When most foreigners hear the word “China” and “tourism” together, they instantly start imagining Shanghai, Beijing, The Great Wall, streets bustling with pedestrians and bicycles, huge traffic jams and of course air pollution. As someone who’s lived in China for more than 4 years, I believe that there’s so much more to it than that. It’s gargantuan in so many ways, not just the size and population but also in its beauty, diversity, culture and lifestyle. Even after 4 years I learn something new every day. China is much more than the clichés our mind conjures up every time we hear the word. If someone asked me how I would describe it, I’d say it’s an enigma. It’s beauty far exceeds imagination. China has one of the most diverse landscapes and natural beauty on this planet. Radiant sandy beaches, lush green forests, roaring rivers, scorching deserts, treacherous mountains, crystal clear lakes, snowy hills, and magnificent ancient architecture and cultural relics. Before coming to China, I had a bucket list of places I would travel to in China during my time here. The list comprised of 40 places which, according to CNN, were “must see”. After arriving here and 4 years of travelling my list has increased far beyond 100 places that I’m yearning to visit. Regardless of where it is there’s one city that I like to call my home, Xi’an.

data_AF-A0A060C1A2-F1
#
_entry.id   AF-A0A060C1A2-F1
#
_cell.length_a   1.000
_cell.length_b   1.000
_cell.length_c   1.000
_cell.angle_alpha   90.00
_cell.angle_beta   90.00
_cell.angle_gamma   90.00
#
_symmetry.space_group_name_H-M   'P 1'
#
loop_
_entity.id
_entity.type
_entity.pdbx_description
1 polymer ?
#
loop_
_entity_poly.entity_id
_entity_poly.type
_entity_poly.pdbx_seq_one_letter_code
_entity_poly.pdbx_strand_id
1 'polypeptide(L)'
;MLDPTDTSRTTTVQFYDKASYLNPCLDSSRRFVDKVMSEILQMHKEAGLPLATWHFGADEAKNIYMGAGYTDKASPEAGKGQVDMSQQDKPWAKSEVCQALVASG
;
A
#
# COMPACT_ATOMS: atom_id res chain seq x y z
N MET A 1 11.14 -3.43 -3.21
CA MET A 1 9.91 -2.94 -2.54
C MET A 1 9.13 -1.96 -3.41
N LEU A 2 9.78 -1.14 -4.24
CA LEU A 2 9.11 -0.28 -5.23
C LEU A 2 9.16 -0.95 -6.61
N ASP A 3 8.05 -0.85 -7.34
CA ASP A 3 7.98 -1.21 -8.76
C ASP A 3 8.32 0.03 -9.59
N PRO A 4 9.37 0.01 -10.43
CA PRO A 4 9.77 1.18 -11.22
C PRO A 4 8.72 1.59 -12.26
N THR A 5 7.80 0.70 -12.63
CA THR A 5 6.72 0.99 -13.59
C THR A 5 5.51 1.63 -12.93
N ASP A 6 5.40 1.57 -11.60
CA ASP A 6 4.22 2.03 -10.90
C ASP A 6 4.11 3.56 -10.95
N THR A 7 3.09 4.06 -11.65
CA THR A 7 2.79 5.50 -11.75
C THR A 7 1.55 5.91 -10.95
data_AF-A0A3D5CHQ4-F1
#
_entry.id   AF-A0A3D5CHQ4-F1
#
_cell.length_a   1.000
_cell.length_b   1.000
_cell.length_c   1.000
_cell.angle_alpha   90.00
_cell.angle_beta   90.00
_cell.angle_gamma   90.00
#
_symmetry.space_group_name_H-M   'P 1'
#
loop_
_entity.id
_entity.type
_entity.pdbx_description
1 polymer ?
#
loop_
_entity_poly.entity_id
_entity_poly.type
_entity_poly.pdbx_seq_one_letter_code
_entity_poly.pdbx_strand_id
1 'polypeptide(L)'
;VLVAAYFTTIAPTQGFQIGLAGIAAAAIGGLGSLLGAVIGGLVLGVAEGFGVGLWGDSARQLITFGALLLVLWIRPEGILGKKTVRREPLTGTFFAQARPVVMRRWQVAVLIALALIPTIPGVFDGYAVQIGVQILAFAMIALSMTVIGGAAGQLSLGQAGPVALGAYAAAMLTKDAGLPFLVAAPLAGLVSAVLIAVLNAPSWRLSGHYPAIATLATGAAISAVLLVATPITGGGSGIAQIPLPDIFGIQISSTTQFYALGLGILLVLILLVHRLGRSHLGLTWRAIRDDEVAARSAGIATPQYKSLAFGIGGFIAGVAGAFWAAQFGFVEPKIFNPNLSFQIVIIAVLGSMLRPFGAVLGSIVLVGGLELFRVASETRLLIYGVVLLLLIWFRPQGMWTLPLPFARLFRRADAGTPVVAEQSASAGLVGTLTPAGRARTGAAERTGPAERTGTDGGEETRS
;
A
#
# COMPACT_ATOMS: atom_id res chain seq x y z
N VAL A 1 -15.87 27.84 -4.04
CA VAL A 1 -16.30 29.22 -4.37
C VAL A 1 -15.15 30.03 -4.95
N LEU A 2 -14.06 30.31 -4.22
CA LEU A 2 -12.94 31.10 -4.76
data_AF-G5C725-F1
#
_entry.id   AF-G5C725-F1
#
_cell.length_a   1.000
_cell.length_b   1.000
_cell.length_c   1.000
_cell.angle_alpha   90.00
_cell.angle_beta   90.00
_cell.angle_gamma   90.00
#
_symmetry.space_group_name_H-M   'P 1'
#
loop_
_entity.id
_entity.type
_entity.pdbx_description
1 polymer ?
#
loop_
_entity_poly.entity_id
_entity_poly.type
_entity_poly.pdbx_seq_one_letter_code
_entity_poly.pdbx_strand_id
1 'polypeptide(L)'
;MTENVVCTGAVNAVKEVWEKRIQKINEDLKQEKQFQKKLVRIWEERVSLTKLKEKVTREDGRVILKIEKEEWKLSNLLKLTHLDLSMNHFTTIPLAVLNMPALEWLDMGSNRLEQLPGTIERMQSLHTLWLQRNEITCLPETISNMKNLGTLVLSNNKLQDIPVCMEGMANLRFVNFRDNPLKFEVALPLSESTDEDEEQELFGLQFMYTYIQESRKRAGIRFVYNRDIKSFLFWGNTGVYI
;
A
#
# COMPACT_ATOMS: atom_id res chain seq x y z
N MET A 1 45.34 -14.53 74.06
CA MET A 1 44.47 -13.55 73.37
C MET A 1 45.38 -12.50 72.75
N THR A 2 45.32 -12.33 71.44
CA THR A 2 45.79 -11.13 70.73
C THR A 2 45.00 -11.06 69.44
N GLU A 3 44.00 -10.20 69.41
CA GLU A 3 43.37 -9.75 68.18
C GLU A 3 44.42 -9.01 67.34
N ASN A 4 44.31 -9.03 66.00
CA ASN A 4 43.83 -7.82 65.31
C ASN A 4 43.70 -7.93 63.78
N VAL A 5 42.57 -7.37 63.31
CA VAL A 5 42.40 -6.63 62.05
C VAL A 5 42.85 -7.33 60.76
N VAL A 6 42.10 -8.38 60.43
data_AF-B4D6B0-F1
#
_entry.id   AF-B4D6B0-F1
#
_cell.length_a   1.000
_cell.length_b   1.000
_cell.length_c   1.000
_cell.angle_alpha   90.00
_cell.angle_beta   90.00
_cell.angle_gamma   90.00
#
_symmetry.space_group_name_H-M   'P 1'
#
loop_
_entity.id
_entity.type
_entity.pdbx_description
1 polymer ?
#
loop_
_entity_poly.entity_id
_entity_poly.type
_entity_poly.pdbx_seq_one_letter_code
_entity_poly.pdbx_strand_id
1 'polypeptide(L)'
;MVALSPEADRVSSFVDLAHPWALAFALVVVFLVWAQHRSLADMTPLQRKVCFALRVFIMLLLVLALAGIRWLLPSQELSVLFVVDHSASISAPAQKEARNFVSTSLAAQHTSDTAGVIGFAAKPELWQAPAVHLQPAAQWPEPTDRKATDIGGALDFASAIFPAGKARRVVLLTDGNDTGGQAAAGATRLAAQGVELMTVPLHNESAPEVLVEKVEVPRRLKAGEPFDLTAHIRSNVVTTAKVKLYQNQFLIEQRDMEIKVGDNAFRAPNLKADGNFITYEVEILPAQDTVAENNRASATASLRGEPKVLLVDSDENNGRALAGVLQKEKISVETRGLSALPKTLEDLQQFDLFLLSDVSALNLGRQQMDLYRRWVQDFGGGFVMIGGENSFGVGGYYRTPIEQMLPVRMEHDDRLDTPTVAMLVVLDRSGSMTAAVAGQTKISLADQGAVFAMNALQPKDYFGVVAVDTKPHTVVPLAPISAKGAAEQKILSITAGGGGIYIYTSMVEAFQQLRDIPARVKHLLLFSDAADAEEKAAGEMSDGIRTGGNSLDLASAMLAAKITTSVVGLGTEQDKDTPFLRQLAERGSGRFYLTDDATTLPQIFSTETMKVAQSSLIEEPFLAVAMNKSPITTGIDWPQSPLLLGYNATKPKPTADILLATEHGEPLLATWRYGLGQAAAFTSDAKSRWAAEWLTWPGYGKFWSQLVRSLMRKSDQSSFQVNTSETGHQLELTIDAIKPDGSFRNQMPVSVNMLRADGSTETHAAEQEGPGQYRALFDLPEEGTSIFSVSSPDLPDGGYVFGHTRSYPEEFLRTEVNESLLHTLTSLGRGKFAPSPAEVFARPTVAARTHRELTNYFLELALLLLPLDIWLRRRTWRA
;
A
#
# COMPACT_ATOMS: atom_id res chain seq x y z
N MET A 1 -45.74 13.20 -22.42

The English word "China" is a transliteration of the Chinese ideogram meaning "Qin". Those who live in and around Xi'an are direct descendants of the Qin people. Emperors chose Xi'an as their capital partly because of its fertile land and sufficient water supply and partly because it was militarily formidable, because of the mountains that skirted it. It is precisely because of its somewhat isolated location that Xi'an was able to preserve so much of its history and culture to this day. So it's no wonder that some say Xi'an is the historical center of China today. An ancient philosopher once mused that all those seeking the truth should go to China; and a contemporary philosopher consolidated it with that no visit to China is complete without a journey to Xi'an.